The death of Moonbeam Express

If you travel across California you’ll cross the mighty California Aqueduct, the legacy of the great Edmund G. “Pat” Brown, governor of California from 1959 until 1967, when he was defeated by Ronald Reagan.  It gathers the waters of the northern Sierra and transports them 400 miles south, where it serves the people of Los Angeles.  It’s one of many which were built by the California State Water Project.  California has, since then, done virtually nothing to ensure itself an adequate supply of water.  The Aqueduct stands as a monument Pat Brown, still serving his people 50 years after it was built.

Pat’s son, Jerry  — or, as he’s semi-affectionately referred to, Governor Moonbeam  — will have a different monument, or legacy. It will be a stretch of railroad track, from nowhere to nowhere in the Central Valley.  The California High Speed Train, or the Moonbeam Express, may wind up laying a few miles of track.  That’s all that will ever be built, and these rusting railroad tracks in the middle of nowhere will be the Moonbeam Monument.  It might be kind of a tourist attraction in the future, where people can come and marvel at the stupidity and arrogance of politicians back in the day.

The snakes in Sacramento foisted this project on the people of California, duping them into believing that the $10 billion bond they voted for would be all that they’d have to pay for this thing.  The federal government and private investors would come up with the rest of the money.  Wishful thinking.  California will get no federal money, if Trump can prevent it, least of all for high speed rail.  And no private investor in his right mind would put a penny into this boondoggle.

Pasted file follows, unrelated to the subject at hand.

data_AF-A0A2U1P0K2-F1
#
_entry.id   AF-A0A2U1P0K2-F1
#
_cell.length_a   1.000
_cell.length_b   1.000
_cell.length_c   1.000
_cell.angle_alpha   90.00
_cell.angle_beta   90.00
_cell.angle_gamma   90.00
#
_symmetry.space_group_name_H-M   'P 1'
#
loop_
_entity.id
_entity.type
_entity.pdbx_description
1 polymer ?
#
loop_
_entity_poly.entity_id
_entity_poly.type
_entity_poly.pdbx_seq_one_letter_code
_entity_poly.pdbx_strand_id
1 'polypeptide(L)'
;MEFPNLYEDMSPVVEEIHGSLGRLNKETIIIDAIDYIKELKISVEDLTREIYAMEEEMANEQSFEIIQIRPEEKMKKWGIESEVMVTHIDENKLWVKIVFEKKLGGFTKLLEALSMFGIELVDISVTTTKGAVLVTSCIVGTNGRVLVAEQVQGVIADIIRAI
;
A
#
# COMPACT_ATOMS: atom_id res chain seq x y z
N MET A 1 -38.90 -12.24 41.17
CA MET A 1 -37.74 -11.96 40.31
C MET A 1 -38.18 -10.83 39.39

They need $68 billion to complete a scaled back first stage.  No one’s going to give them a dime.  California High Speed Rail will soon be dead.  It will be finished off, for good, by an initiative on the 2018 ballot.  It’s being promoted by CA Water 4 All, and it will take whatever’s left of that $10 billion high speed rail bond, and dedicate it to water storage and conversation projects.  These are long overdue, and desperately needed. You may have heard that the mighty Oroville Dam is full to bursting.  That should never happen.  There should be dams upstream of the Oroville to relieve the strain, and to conserve the water.

California has been in a severe, five year drought.  Everybody’s cutting back on water usage.  Babbie and I have disconnected our irrigation system.  When the people —  who have been taking great precautions to save water  — see all that beautiful clear mountain water come blasting out of the emergency spillway at Oroville Dam, wreaking destruction in its path, they should ask themselves, Why are we wasting all that beautiful California water?  To hell with high speed rail, let’s build some dams.

This flooding in Northern California, caused in large part because of a failure to build a water infrastructure, will be what Ca Water 4 All needs to win that initiative election.  Governor Moonbeam may hang on to his railroad dream, but no other Democrat will embrace it.  When he leaves office, two years from now, his dream goes with him.  He can always go down to that lonely stretch of track in the Valley, and see how far he got.  He’s been an arrogant son of a bitch his whole life.  I don’t mind rubbing his nose in it.

We passed the Arizona House, 33-25.  With Master Lobbyist Konstantin Querard at the controls, we should get it through the Senate before too long.  Idaho is looking very strong, and we should have Wyoming in two weeks.  The coast is clear.


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